Fears of federal prosecution and lack of medical training in the area of pain relief have made many physicians reluctant to prescribe potentially addictive painkillers. As a result, studies show that many patients suffer unnecessarily. In one case, family survivors of a man who died from lung cancer sued the hospital and internist who treated him in the last days of his life. The patient, William Bergman, repeatedly rated his pain between 7 to 10 (on a scale of 1 to 10), according to his hospital records. Yet, the doctor had prescribed only one-quarter of the standard dose of Demerol to alleviate the pain. When he was discharged so that he could die at home, Mr. Bergman said his pain level was 10. His only pain medication was a mild oral analgesic. When the state medical board ignored the family's complaint against the doctor, Compassion in Dying, a nonprofit organization, helped the family file a suit against the doctor and the hospital under California's Elder Abuse and Dependent Adult Civil Protection Act. The hospital settled out of court. A jury deemed the doctor's treatment to be elder abuse and awarded the family 1.5 million dollars.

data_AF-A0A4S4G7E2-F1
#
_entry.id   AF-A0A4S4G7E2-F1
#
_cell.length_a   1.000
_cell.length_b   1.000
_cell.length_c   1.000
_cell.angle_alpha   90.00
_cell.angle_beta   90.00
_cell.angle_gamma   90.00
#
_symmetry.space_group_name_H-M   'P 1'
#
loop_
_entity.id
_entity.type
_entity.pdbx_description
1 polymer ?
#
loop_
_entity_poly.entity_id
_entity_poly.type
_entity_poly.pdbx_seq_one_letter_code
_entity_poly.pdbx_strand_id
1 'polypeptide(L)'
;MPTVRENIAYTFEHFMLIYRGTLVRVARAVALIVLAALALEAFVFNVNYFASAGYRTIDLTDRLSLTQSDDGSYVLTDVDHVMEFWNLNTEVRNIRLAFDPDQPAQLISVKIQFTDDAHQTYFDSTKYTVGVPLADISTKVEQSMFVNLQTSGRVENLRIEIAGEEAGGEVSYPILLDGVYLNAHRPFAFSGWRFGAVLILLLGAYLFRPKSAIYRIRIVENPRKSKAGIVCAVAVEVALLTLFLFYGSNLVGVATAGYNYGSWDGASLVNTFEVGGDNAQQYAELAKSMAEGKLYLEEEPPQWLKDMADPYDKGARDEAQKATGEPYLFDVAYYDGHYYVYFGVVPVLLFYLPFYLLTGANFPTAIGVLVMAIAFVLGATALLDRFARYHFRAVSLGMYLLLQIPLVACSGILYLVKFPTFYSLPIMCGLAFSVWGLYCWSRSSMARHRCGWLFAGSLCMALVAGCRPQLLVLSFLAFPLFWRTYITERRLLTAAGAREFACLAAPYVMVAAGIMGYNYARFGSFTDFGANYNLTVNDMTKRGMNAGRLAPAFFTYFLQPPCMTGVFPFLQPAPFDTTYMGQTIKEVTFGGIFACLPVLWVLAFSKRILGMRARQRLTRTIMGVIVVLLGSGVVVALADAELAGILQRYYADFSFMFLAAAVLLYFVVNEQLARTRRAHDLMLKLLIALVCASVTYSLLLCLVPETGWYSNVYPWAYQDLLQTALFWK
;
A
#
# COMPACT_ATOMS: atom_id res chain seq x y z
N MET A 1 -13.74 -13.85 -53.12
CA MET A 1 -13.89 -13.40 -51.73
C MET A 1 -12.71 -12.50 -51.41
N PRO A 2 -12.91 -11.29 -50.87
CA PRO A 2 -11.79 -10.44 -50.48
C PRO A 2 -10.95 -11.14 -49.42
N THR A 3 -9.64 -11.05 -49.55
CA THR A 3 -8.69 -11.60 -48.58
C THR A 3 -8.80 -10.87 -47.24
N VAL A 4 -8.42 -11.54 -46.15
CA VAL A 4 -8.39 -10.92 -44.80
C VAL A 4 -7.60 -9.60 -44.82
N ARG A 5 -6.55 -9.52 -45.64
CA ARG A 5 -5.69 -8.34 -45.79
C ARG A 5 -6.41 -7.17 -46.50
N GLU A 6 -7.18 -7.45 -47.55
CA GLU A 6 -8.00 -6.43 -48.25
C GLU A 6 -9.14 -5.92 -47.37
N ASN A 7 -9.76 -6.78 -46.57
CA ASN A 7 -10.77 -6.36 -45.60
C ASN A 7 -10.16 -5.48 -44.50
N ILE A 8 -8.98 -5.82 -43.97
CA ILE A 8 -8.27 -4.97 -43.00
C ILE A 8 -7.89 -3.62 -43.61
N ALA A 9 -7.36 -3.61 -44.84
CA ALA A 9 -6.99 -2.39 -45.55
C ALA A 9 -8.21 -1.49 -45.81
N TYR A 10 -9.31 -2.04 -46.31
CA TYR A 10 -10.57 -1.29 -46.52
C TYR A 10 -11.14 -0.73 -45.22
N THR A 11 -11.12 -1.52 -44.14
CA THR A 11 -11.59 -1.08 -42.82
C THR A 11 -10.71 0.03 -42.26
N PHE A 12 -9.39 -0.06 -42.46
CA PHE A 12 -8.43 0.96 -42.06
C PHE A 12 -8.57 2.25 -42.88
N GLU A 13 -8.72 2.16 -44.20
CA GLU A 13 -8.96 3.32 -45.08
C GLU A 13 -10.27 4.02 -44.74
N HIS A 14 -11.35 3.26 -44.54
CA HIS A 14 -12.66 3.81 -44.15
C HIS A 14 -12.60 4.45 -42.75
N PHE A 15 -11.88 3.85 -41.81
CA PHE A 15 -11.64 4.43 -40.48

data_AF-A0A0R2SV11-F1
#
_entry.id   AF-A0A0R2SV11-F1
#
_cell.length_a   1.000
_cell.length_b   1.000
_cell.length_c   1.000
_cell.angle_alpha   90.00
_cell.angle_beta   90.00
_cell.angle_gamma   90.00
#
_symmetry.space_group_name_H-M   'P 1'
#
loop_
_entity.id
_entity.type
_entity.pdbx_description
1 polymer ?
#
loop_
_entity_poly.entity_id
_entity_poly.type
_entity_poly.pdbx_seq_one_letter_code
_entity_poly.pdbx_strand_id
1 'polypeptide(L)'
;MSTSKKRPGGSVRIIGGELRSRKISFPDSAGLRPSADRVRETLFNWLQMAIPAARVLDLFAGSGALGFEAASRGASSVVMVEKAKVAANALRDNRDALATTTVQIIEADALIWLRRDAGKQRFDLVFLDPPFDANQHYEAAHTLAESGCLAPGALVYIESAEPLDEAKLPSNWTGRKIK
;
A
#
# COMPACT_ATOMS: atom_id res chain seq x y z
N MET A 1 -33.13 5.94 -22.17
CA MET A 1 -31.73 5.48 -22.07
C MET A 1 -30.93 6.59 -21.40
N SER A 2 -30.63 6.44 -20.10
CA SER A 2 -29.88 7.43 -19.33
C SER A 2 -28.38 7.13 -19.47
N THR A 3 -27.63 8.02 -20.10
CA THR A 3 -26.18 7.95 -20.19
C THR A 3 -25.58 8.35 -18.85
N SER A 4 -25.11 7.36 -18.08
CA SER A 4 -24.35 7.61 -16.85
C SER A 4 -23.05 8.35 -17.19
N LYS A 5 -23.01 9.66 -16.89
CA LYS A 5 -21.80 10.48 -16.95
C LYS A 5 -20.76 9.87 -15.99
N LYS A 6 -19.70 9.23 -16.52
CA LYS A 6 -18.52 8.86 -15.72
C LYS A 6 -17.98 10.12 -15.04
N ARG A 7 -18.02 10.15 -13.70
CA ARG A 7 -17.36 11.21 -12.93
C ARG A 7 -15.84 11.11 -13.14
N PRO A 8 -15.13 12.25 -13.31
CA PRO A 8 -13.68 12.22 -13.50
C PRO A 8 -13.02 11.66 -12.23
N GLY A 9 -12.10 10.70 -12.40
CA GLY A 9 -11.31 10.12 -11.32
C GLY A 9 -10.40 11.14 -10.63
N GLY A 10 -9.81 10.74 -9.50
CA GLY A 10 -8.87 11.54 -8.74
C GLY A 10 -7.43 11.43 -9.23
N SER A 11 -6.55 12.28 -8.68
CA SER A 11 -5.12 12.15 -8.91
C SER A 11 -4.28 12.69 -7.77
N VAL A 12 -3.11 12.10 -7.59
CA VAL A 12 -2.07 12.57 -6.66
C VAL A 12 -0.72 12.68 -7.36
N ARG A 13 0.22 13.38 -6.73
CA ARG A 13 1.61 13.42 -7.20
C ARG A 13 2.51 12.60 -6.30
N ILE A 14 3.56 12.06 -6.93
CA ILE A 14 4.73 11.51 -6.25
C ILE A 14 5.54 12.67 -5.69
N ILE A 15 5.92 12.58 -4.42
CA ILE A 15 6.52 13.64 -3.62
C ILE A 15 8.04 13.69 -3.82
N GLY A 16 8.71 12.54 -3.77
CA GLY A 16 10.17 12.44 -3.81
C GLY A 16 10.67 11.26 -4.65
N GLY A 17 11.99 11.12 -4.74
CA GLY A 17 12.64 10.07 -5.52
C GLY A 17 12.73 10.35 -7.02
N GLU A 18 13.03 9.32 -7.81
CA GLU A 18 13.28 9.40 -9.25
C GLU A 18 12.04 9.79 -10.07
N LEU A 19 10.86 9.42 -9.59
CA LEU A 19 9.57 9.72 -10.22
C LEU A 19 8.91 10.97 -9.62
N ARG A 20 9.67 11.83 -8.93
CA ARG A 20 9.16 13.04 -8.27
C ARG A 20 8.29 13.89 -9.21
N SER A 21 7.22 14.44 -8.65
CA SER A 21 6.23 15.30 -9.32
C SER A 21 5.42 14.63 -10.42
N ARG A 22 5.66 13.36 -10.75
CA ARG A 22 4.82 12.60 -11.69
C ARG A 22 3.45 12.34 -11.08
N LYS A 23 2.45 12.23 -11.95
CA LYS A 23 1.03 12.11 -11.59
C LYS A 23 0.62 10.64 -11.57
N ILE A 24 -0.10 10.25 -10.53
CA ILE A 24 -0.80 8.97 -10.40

Robb M. Miller, executive director of Compassion in Dying, wrote in the organization's Fall/Winter 2001 newsletter that the AMA started offering continuing-education packets for doctors on pain management in 1997. Hospitals are now required to implement pain-management plans in order to be accredited. Compassion has a free Pain Care Checklist to help patients assess their pain level accurately. The checklist can be obtained by calling 206-256-1636 or toll-free at 877-222-2816.

Landmark Court Victory for Pain Care. Compassion in Dying of Washington 2001 Fall/Winter; 16:p 1.

Miller, Robb M. "The Robb Report” Compassion in Dying of Washington 2001 Fall/Winter; 16: p 2.

The Kelley Metabolic Cancer Cure
The handbook Cancer Cure summarizes the metabolic therapy protocol developed by William D. Kelley, DDS, MS. The authors of the 2002 edition are listed as Carol Morrison-Kelley, MD, FACC , Kathy P. Fairbanks, PhD, & William D. Kelley, DDS, MS. The program includes a diet of raw foods, supplements, coffee enemas, liver-flushes, and pancreatic enzymes.